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HomeNewsArchivesSome Progress Made on New St. John School

Some Progress Made on New St. John School

UVI President David Hall and Friends of the Park President Joe Kessler.The U.S. Department of Interior has funded a $250,000 study to evaluate the natural and cultural resources on land at Catherineberg, St. John, slated to become the home of a new combined elementary and high school. The land is part of V.I. National Park.

Park Superintendent Mark Hardgrove said, “The study has already started and will take eight months.”

Speaking on Sunday at the annual Friends of the Park meeting, Hardgrove said that the park, the Public Works Department, the Education Department, and a consulting firm would meet Friday to discuss the project. He did not know the name of the consulting firm.

According to Hargrove, the study will also include selecting 10 out of the 20 acres available at Catherineberg as the school site.

How the local government will get the park land for the school remains up in the air.

A deal worked on by the Trust for Public Land to exchange land at Estate Grange on St. Croix for the St. John land fell through, but Delegate Donna M. Christensen said in December that a deal is in the works to exchange local government-owned land at Salt River Bay National Historical Park and Ecological Preserve on St. Croix for the Catherineberg land as part of the development of a marine research center at Salt River.

About 100 people attended the meeting held at T’ree Lizards Restaurant at Cinnamon Bay Campground.

Hardgrove spoke about the challenges facing the park in a time when budgets are reduced and the park is chronically underfunded.

“We have 20 percent less staff than 2002 and it shows,” he said.

Additionally, Hardgrove said the growing number of visitors poses big challenges for the park.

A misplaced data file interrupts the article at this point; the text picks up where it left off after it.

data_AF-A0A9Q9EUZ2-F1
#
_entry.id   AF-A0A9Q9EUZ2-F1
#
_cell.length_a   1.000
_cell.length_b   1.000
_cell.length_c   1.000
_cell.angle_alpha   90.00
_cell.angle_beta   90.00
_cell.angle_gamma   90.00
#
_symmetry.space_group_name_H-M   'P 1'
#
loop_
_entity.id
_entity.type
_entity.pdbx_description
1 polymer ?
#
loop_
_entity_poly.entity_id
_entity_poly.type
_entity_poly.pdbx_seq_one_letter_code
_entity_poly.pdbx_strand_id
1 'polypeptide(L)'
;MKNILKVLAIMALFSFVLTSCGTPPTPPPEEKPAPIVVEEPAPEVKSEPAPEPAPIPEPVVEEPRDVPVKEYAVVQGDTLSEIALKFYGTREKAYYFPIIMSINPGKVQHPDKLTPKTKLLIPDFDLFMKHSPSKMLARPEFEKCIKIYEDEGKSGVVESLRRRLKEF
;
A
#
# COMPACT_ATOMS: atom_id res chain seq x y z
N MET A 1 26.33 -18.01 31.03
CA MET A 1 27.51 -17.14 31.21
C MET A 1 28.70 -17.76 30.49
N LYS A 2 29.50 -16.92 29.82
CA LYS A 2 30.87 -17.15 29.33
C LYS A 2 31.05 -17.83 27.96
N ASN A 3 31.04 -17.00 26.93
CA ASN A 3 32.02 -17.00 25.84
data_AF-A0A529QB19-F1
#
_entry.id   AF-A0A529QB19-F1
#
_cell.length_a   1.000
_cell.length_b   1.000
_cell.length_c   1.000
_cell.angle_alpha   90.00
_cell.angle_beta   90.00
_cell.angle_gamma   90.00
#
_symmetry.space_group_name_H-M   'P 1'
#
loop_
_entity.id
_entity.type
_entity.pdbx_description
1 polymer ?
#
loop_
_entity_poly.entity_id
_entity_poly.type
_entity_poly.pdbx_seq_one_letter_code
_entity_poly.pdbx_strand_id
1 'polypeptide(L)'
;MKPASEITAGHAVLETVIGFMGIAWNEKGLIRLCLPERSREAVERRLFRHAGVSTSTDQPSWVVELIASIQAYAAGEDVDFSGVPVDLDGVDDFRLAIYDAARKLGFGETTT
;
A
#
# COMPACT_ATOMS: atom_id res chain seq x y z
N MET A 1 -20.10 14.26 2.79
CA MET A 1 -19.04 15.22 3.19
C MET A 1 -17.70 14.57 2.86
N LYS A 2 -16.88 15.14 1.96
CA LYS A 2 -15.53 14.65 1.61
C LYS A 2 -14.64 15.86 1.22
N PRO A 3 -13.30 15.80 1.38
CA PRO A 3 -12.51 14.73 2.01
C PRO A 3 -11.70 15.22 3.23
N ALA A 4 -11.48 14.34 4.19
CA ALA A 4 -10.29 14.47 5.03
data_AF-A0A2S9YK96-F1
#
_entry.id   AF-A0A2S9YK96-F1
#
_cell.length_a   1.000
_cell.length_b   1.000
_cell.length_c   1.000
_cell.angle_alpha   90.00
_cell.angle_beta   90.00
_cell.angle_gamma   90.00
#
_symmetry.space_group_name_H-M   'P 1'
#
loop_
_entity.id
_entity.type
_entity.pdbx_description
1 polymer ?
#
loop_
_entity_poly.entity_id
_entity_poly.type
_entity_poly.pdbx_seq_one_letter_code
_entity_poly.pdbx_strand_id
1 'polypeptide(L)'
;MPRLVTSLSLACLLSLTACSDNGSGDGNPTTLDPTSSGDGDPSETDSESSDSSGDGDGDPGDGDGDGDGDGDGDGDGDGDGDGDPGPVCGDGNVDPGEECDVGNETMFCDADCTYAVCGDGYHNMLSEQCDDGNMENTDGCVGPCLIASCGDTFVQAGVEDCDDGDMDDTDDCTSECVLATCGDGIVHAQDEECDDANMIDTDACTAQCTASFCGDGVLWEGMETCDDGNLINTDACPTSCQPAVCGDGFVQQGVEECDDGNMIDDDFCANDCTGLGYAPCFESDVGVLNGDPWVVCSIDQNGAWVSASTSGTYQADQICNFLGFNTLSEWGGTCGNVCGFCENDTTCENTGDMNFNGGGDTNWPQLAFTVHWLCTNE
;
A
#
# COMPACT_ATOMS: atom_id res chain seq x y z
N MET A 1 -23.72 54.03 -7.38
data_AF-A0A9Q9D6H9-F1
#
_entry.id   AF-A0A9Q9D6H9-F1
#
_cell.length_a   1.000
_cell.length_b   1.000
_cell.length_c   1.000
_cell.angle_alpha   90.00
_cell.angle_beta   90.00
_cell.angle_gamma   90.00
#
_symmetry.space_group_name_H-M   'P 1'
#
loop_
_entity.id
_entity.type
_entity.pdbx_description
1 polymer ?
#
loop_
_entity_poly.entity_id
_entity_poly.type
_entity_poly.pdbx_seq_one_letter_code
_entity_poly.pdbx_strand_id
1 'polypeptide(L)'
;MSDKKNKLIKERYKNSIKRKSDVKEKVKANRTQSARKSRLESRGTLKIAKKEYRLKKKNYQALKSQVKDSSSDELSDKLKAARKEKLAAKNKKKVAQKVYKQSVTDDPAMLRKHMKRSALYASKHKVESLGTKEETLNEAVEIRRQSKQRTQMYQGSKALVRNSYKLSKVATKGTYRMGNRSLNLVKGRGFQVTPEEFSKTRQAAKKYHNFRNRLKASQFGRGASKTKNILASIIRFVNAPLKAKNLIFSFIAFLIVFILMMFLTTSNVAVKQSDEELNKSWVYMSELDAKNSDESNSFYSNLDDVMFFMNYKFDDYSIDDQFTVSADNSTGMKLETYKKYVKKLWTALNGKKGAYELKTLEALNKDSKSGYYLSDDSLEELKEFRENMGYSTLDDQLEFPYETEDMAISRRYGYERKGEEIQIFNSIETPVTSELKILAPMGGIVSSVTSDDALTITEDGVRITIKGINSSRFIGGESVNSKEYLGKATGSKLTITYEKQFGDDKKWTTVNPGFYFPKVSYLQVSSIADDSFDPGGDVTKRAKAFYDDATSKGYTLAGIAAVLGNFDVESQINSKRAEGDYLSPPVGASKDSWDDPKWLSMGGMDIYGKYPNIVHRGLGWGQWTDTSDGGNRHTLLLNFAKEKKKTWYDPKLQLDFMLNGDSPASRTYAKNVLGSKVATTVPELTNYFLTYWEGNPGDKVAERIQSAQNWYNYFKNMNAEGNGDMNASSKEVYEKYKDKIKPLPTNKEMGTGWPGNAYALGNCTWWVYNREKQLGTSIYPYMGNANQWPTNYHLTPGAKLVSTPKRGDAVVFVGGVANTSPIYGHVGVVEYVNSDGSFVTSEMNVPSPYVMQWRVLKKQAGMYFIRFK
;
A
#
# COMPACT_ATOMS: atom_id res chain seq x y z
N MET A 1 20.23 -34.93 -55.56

University of the Virgin Islands President David Hall was the keynote speaker. He spoke about how the “rivers” of the university and the park continue to cross.

While the park is charged with protecting natural resources, the university’s job is to stimulate intellectual resources, Hall said.

“Each of these sacred resources depends on each other.”

Hall said one of the university’s major challenges comes from male students, given that only 30 percent of UVI graduates are men.

Friends President Joe Kessler touched upon the Friends’ accomplishments and its plans for the upcoming year. While the Friends have installed moorings for smaller boats, this year it expects to put in 15 moorings for boats 60- to 100-feet long.

Both Hardgrove and Kessler said volunteers for the Park and Friends of the Park are a big help.

Kessler said that 1,465 Friends volunteers put in 9,000 hours of work last year, which was up 20 percent from the year before.

In kudos to their volunteers, the Friends group named Jeff Chabot volunteer of the year for the second time. Chabot organizes crews of visitors to clear ruins and do other similar tasks that the park can’t fund.

“Jeff takes volunteering to a new level,” Kessler said.

Chabot, who had similar experience at Acadia National Park, talked about the challenges that are different at this park on St. John.

“I endured a lot of wading through a lot of B.S.,” he said.

The park picked Rich and Cherry Glass as its volunteers of the year. Hardgrove said they were selected because of their volunteer work at the Visitors Center front desk.

The Friends gave Mike Anderson, the park’s deputy superintendent, its partnership award.

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